Yeah, I know, many people will have glanced at that deadline a month or more ago and mentally miscoded it as “last day of March,” which of course it’s not. And boy howdy, if you were one of them, won’t you be annoyed if you try and vote tomorrow!

And, as long as you’re remembering to cast your online Nebula ballots at the proverbial last minute, let me remind you that you still have a couple weeks in which to mail in your ballot for this year’s SFWA Election.

That’s right, we’re still functioning under the old articles of incorporation, which prohibit online elections. Maybe next year we will cease our wandering in the desert and arrive at the promised land (or at least electronic balloting), but for now I have to go out to my mailbox every day and check for arriving ballots (for those that don’t know, I’m once again the SFWA Election Officer, which means you send your votes to me!).

So, don’t just settle for casting your Nebula ballot today, send in your election ballot as well. And don’t worry about me and my paper cuts, it’s a price I gladly play for our sacred system of democracy. Yeah, you betcha!

2011 Nebula Award nominees

No Comments » Written on February 22nd, 2012 by
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While I was away in California doing familial things, the nominees for the 2011 Nebula Awards (which will be presented in May of 2012) were announced. You’ve probably seen them elsewhere, but I’m happy to post them here all the same:

Novel
Among Others, Jo Walton (Tor)
Embassytown, China Miéville (Macmillan UK; Del Rey; Subterranean Press)
Firebird, Jack McDevitt (Ace Books)
God’s War, Kameron Hurley (Night Shade Books)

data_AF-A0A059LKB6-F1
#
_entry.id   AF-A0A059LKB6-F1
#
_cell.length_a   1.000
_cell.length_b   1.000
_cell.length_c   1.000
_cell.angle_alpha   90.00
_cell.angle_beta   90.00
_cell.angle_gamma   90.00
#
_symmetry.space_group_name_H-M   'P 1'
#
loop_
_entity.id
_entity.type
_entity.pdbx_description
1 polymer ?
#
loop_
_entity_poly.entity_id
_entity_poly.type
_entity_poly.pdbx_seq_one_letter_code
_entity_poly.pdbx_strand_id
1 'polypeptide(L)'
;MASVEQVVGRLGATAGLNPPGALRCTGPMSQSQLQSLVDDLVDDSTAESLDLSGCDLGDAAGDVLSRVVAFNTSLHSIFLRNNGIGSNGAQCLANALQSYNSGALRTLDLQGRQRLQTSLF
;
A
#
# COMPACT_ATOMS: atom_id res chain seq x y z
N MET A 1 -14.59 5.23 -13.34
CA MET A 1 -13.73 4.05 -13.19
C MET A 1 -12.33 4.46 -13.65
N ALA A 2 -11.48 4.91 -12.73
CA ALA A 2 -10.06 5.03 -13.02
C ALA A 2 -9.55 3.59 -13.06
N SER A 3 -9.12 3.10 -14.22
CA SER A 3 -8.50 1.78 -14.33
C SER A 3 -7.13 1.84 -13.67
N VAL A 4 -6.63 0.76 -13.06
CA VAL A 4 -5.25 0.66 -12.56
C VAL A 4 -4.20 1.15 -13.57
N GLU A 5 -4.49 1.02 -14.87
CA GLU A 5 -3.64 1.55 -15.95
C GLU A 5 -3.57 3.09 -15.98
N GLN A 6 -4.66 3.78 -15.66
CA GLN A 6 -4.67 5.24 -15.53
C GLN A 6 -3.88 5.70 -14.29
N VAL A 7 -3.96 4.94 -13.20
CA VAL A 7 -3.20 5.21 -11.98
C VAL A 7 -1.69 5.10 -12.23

Mechanique: A Tale of the Circus Tresaulti, Genevieve Valentine (Prime Books)
The Kingdom of Gods, N.K. Jemisin (Orbit US; Orbit UK)

Novella
“Kiss Me Twice,” Mary Robinette Kowal (Asimov’s Science Fiction, June 2011)
“Silently and Very Fast,” Catherynne M. Valente (WFSA Press; Clarkesworld Magazine, October 2011)
“The Ice Owl,” Carolyn Ives Gilman (The Magazine of Fantasy and Science Fiction, November/December 2011)
“The Man Who Bridged the Mist,” Kij Johnson (Asimov’s Science Fiction, October/November 2011)
“The Man Who Ended History: A Documentary,” Ken Liu (Panverse Three, Panverse Publishing)
“With Unclean Hands,” Adam-Troy Castro (Analog Science Fiction and Fact, November 2011)

Novelette
“Fields of Gold,” Rachel Swirsky (Eclipse 4, Night Shade Books)
“Ray of Light,” Brad R. Torgersen (Analog Science Fiction and Fact, December 2011)
“Sauerkraut Station,” Ferrett Steinmetz (Giganotosaurus, November 2011)
“Six Months, Three Days,” Charlie Jane Anders (Tor.com, June 2011)
“The Migratory Pattern of Dancers,” Katherine Sparrow (Giganotosaurus, July 2011)
“The Old Equations,” Jake Kerr (Lightspeed Magazine, July 2011)
“What We Found,” Geoff Ryman (The Magazine of Fantasy and Science Fiction, September/October 2011)

Short Story
“Her Husband’s Hands,” Adam-Troy Castro (Lightspeed Magazine, October 2011)
“Mama, We are Zhenya, Your Son,” Tom Crosshill (Lightspeed Magazine, April 2011)
“Movement,” Nancy Fulda (Asimov’s Science Fiction, March 2011)
“Shipbirth,” Aliette de Bodard (Asimov’s Science Fiction, February 2011)
“The Axiom of Choice,” David W. Goldman (New Haven Review, Winter 2011)
“The Cartographer Wasps and the Anarchist Bees,” E. Lily Yu (Clarkesworld Magazine, April 2011)
“The Paper Menagerie,” Ken Liu (The Magazine of Fantasy and Science Fiction, March/April 2011)

Ray Bradbury Award for Outstanding Dramatic Presentation
Attack the Block, Joe Cornish (writer/director) (Optimum Releasing; Screen Gems)
Captain America: The First Avenger, Christopher Markus, Stephen McFeely (writers), Joe Johnston (director) (Paramount)
Doctor Who: “The Doctor’s Wife,” Neil Gaiman (writer), Richard Clark (director) (BBC Wales)